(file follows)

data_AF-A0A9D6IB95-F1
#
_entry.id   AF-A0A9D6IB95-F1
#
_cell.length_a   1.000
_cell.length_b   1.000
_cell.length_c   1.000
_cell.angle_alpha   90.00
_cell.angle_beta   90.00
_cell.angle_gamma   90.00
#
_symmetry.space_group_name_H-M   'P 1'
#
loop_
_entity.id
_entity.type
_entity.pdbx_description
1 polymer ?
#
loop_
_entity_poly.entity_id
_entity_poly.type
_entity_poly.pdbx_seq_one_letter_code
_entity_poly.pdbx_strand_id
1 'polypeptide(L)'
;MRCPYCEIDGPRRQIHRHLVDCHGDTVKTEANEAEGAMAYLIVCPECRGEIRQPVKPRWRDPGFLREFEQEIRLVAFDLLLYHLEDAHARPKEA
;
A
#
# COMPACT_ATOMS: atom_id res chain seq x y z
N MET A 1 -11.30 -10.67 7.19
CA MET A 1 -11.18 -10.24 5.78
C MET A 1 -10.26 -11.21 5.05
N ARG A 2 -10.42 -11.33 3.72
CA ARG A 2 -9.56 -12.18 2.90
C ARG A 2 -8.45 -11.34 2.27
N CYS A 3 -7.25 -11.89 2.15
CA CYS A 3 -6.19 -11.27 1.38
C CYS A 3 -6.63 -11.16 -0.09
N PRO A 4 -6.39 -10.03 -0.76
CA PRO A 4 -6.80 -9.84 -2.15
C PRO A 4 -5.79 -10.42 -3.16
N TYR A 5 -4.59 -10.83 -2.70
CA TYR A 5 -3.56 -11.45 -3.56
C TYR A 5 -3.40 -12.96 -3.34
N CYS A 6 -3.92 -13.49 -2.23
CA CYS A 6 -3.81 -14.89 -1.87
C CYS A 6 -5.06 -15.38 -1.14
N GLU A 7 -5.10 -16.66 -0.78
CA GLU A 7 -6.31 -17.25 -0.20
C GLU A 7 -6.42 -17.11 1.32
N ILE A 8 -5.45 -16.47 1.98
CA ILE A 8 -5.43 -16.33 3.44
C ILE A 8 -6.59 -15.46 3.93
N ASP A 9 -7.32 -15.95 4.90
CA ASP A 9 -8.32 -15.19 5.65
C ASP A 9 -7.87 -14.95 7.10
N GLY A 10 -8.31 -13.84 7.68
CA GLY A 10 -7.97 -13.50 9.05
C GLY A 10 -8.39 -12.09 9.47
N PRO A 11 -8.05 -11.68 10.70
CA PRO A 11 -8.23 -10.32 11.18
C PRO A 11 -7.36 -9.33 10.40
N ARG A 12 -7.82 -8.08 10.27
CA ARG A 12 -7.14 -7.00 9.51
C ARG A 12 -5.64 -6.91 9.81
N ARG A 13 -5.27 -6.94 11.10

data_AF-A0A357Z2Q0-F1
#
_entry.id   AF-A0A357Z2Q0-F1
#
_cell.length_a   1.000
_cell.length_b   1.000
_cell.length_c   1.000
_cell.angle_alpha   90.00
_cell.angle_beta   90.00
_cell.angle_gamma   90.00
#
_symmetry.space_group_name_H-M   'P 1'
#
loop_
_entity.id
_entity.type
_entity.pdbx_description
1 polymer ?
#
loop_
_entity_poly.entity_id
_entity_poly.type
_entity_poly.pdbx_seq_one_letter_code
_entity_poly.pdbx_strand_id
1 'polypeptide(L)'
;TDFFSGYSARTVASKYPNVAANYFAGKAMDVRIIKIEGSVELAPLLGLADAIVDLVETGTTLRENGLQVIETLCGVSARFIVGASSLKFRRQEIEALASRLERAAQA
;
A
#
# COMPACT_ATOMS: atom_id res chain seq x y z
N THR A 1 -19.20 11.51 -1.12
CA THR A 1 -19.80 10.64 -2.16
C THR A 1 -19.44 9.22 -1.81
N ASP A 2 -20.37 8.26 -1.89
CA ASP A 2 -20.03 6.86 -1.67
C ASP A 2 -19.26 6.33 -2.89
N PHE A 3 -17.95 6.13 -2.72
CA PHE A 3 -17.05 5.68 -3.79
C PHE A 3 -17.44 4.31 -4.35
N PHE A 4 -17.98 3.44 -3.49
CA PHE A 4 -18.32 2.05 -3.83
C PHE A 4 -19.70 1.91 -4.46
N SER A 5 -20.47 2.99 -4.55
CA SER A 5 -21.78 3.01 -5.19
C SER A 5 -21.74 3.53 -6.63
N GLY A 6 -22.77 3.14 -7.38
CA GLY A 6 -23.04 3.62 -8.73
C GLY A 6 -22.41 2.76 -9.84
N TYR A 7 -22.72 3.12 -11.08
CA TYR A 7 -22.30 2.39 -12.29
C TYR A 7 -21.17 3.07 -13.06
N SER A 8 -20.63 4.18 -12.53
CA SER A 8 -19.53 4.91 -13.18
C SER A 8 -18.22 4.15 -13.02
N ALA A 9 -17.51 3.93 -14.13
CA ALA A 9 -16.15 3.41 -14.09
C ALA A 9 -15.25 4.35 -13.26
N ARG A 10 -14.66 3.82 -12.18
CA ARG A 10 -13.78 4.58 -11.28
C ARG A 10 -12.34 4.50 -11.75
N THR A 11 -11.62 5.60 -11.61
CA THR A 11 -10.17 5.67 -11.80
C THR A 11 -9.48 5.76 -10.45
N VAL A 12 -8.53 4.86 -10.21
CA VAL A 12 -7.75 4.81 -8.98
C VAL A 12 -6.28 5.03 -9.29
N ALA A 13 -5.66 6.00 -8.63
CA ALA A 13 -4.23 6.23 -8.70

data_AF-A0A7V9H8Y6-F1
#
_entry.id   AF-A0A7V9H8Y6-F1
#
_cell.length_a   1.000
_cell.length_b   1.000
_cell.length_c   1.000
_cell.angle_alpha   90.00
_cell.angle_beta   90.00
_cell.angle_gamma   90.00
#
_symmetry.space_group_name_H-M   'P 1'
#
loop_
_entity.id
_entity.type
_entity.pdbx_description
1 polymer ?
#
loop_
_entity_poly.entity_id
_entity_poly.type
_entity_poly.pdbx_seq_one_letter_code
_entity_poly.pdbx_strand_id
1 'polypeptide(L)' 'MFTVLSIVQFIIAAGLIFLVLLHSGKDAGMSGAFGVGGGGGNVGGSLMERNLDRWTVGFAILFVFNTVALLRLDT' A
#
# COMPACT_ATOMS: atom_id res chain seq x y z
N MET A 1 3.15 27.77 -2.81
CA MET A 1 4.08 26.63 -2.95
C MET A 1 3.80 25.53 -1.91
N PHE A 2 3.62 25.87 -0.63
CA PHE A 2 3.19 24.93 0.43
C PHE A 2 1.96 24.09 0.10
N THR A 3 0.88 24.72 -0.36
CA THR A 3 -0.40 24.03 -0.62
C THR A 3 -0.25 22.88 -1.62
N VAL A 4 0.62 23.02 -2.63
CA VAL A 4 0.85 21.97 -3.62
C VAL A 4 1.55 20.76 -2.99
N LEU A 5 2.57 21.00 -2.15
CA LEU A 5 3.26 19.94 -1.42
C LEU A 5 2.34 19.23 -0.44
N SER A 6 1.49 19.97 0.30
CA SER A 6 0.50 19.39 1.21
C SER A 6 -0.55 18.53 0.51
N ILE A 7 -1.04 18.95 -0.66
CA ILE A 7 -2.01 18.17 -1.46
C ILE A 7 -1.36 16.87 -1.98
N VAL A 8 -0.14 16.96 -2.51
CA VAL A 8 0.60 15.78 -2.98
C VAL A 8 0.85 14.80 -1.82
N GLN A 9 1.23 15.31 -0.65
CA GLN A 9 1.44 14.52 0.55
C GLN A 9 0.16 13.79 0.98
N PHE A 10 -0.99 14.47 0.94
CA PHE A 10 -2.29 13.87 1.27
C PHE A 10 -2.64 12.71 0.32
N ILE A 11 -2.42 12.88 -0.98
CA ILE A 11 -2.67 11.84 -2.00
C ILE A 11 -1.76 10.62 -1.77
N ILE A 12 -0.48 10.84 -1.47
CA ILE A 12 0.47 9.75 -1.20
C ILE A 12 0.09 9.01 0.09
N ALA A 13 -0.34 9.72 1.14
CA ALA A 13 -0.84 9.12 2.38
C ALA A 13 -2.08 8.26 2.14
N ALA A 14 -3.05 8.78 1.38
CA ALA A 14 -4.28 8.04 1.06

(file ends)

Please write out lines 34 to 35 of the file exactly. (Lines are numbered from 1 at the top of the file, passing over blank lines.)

N ARG A 2 -10.42 -11.33 3.72
CA ARG A 2 -9.56 -12.18 2.90